This is a guide I've put together for those not yet familiar with the various OS's RAM limitations & pitfalls, focusing on the three biggies (Mac, Windows & Linux - no offense to any of the others!). Feel free to correct me see bottom, but sources must be provided.
Most 32-bit computers can only access a maximum of 4GB of ram, as 4GB is the
maximum value of a 32-bit unsigned integer when expressed in bytes.
Due to the 3-4GB memory problem*, no 32-bit computer can access all of that, and some OS's (including Vista 32-bit) have been artificially hard-limited to restrict access in the 3-4GB area.
Some x86 32-bit computers may be able to access up to 64GB of ram due to the PAE extension. This is however an uncommon situation, at least on windows OS's with consumer-grade motherboards. Winxp SP2/SP3 explicitly removes PAE support, for RAM access at least.
64-bit computers can theoretically access up to 16 exabytes of RAM, but most operating systems have fairly low limits at present (2008).
The amount of RAM that the OS allows a singular program or process to utilise also varies significantly.
* If you are using a 32-bit OS, and have 4GB of RAM, some of the last GB of
RAM (the 3GB-4GB area of memory) will be unusable as the system uses that area
of memory address space to address hardware components.
How much memory you will lose typically depends most on the amount of ram your graphics card has, as this is the most ram-heavy device in a typical consumer machine. For example, if your graphics card has 512MB of ram, you will lose access to at least half of your last 1GB of system ram. Using PAE with your OS will not prevent this. Some modern gamers have video cards with 1GB or 1.5GB of memory - at these sizes you will lose memory in the 2-3GB memory area, as well.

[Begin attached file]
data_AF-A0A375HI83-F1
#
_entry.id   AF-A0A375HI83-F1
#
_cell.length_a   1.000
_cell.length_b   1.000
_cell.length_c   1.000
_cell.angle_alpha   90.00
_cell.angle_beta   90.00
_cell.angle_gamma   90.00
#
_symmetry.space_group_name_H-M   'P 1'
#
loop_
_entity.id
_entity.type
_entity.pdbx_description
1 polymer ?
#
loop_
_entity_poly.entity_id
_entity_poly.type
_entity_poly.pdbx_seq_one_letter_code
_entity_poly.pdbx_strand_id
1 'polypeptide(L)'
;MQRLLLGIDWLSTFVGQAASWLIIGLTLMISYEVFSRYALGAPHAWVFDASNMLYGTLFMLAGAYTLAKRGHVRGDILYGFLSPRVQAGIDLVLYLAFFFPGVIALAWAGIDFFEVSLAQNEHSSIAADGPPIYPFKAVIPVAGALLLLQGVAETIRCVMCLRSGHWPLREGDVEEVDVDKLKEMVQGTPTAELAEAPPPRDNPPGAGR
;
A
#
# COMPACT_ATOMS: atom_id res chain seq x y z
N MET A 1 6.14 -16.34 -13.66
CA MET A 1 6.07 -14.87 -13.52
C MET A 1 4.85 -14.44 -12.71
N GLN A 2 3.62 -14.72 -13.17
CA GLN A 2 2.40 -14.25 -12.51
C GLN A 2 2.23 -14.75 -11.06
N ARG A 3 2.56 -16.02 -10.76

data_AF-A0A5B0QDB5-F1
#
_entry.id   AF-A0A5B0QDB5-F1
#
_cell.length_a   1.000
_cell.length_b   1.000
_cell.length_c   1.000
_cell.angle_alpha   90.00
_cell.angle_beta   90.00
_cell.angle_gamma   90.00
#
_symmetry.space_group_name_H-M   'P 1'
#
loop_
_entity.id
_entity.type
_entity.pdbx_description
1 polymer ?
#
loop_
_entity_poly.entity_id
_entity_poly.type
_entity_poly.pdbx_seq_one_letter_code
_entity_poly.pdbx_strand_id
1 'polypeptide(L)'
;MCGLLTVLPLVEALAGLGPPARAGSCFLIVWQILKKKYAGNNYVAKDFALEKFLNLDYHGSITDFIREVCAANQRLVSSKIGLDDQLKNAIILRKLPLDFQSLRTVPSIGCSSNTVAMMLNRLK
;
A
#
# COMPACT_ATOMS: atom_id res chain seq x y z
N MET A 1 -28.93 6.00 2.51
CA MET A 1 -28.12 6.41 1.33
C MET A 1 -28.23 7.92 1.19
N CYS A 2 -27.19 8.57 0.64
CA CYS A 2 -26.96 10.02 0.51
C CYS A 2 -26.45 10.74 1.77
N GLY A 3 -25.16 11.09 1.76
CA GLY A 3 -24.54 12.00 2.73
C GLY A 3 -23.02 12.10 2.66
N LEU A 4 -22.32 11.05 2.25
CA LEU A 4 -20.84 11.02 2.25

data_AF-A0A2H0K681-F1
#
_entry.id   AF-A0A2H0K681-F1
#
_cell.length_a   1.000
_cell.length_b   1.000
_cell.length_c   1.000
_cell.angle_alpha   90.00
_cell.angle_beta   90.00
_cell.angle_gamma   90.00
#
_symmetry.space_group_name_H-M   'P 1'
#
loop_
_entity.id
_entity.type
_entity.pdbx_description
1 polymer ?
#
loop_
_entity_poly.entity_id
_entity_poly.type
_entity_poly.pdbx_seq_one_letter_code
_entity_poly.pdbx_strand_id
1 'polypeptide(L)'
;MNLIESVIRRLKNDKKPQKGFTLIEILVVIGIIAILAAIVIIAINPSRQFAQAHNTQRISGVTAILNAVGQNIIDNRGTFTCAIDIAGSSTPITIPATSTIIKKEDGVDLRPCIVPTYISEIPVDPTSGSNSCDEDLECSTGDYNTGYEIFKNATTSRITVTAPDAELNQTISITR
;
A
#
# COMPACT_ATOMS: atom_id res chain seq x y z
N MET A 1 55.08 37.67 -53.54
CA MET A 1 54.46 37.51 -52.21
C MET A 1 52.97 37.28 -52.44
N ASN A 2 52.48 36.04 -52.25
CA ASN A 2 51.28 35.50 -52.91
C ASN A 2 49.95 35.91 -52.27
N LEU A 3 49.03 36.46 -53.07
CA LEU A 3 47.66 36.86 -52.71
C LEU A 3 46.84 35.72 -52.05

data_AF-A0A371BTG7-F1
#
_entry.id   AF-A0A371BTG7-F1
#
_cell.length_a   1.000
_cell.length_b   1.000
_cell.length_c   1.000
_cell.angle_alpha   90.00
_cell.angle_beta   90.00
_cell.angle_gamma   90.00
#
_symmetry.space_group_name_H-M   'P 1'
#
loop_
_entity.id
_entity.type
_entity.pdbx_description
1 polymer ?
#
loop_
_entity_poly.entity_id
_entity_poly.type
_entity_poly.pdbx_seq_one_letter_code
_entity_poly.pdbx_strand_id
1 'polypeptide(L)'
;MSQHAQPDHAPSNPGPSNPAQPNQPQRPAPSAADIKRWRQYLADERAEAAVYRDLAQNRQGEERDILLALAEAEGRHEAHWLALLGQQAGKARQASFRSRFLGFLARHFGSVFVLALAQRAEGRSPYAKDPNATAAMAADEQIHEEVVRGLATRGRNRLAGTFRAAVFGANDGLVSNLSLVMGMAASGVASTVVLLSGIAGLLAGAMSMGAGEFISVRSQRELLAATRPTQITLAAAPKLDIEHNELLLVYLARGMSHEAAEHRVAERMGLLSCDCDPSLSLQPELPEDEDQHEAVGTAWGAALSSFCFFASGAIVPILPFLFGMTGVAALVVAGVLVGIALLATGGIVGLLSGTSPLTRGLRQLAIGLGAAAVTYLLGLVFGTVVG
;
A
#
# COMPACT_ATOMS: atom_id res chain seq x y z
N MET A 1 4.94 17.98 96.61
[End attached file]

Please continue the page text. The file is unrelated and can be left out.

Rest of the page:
** If you are using a 64-bit OS, have 64-bit drivers, and a 64-bit motherboard and CPU, you may be able to "reclaim" the entire fourth GB of system ram, -if- your motherboard supports memory address space remapping (or "hoisting") in the BIOS, and this has been enabled (in the BIOS). This moves the hardware addressing space to a higher memory area.
|XP 64-bit edition:||64GB **|
|XP x64:||64GB **|
|Vista Starter||1 GB|
|Vista 32-bit:||3.12GB *|
|Vista Home Premium 64-bit:||16GB **|
|Vista (all other) 64-bit:||128GB **|
|7 32-bit:||4GB *|
|7 Home Basic 64-bit:||8GB **|
|7 Home Premium 64-bit:||16GB **|
|7 (all other) 64-bit:||192GB **|
|2000 Advanced:||8 GB with PAE, 4GB without *|
|2000 Datacenter:||32 GB with PAE, 4GB without *|
|2003 Enterprise Edition:||32 GB with PAE, 4GB without *|
|2003 R2 (or SP1) Enterprise Edition:||64 GB with PAE, 4GB without *|
|2003 Datacenter Edition:||64 GB with PAE, 4GB without *|
|2003 Standard Edition:||4 GB *|
|2008 Enterprise or Datacenter Edition:||64 GB with PAE, 4GB without *|
|2008 other editions:||4 GB *|
|2003 SP2 Datacenter Edition:||2 TB **|
|2003 SP2 Enterprise Edition:||2 TB **|
|2003 R2/SP1 Datacenter Edition:||1 TB **|
|2003 R2 Enterprise Edition:||1 TB **|
|2003 SP1 Enterprise Edition:||1 TB **|
|2003 R2 Standard Edition:||32 GB **|
|2003 Standard Edition SP1:||32 GB **|
|2003 Datacenter Edition:||512 GB **|
|2003 Enterprise Edition:||64 GB **|
|2003 Standard Edition:||16 GB **|
|2008 Standard:||32GB **|